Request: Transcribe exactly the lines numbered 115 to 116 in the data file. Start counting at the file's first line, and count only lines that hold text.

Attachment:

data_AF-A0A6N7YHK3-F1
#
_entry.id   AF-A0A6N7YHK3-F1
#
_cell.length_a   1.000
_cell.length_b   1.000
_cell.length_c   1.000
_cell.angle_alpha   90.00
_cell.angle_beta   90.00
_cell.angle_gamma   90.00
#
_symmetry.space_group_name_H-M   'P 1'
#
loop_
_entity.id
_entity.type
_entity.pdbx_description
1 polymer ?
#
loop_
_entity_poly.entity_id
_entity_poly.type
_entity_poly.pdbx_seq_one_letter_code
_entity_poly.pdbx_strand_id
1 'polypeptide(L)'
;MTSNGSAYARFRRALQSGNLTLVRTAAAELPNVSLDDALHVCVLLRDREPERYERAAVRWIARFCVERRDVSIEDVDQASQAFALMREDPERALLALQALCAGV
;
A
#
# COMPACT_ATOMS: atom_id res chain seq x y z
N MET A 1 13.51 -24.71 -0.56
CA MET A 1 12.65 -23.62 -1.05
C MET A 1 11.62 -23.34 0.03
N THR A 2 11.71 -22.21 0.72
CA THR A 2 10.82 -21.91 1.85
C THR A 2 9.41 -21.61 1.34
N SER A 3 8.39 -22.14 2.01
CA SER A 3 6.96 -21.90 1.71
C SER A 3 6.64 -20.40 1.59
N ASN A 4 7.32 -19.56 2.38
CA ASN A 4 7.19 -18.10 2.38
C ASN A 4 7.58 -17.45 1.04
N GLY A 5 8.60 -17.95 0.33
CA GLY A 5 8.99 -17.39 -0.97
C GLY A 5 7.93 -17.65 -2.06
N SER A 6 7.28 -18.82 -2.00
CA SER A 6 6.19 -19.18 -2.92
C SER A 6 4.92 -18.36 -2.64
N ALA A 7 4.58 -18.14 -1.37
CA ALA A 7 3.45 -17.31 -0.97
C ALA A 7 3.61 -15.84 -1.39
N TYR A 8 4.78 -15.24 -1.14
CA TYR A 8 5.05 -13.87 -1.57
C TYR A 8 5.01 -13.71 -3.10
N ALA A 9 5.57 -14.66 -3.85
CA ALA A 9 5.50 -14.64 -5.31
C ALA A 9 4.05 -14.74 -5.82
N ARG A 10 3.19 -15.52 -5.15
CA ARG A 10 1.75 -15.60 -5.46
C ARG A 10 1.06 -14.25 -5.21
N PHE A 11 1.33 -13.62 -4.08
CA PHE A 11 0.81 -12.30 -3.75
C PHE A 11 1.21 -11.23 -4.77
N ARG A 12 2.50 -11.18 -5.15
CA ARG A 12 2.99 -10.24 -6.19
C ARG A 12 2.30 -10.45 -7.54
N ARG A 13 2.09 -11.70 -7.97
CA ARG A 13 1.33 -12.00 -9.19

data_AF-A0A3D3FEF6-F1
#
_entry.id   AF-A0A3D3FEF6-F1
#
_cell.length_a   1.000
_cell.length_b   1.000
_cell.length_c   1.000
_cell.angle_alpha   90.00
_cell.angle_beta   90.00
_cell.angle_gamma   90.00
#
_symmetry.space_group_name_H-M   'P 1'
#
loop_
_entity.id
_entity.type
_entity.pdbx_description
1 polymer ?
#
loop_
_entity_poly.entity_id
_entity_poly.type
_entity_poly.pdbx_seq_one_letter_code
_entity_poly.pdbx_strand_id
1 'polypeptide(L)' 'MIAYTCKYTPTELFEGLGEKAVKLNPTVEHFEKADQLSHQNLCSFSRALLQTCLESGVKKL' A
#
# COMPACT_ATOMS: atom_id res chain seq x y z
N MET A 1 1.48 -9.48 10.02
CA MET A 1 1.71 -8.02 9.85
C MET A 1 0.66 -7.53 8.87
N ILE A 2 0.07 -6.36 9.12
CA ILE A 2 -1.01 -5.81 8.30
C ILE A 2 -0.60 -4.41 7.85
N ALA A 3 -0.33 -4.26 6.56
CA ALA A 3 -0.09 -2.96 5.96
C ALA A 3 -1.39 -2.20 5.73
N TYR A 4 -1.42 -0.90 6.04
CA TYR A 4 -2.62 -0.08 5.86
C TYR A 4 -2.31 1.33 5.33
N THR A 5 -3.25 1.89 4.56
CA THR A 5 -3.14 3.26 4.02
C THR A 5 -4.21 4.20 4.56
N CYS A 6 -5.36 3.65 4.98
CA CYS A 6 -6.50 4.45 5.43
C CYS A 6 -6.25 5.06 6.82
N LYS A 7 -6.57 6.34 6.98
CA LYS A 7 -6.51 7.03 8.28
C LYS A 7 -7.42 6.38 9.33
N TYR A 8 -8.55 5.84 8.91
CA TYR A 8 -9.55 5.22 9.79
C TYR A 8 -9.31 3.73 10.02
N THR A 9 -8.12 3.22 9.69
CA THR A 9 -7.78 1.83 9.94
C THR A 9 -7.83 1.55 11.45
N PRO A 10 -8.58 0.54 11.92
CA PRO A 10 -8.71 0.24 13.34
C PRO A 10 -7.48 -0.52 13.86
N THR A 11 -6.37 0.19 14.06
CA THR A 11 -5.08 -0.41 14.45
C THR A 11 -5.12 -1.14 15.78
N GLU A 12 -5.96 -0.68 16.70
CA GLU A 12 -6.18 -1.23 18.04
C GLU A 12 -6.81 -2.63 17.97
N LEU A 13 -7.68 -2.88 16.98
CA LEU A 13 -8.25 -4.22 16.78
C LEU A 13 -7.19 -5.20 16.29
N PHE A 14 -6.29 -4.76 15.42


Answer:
CA LYS A 7 -6.51 7.03 8.28
C LYS A 7 -7.42 6.38 9.33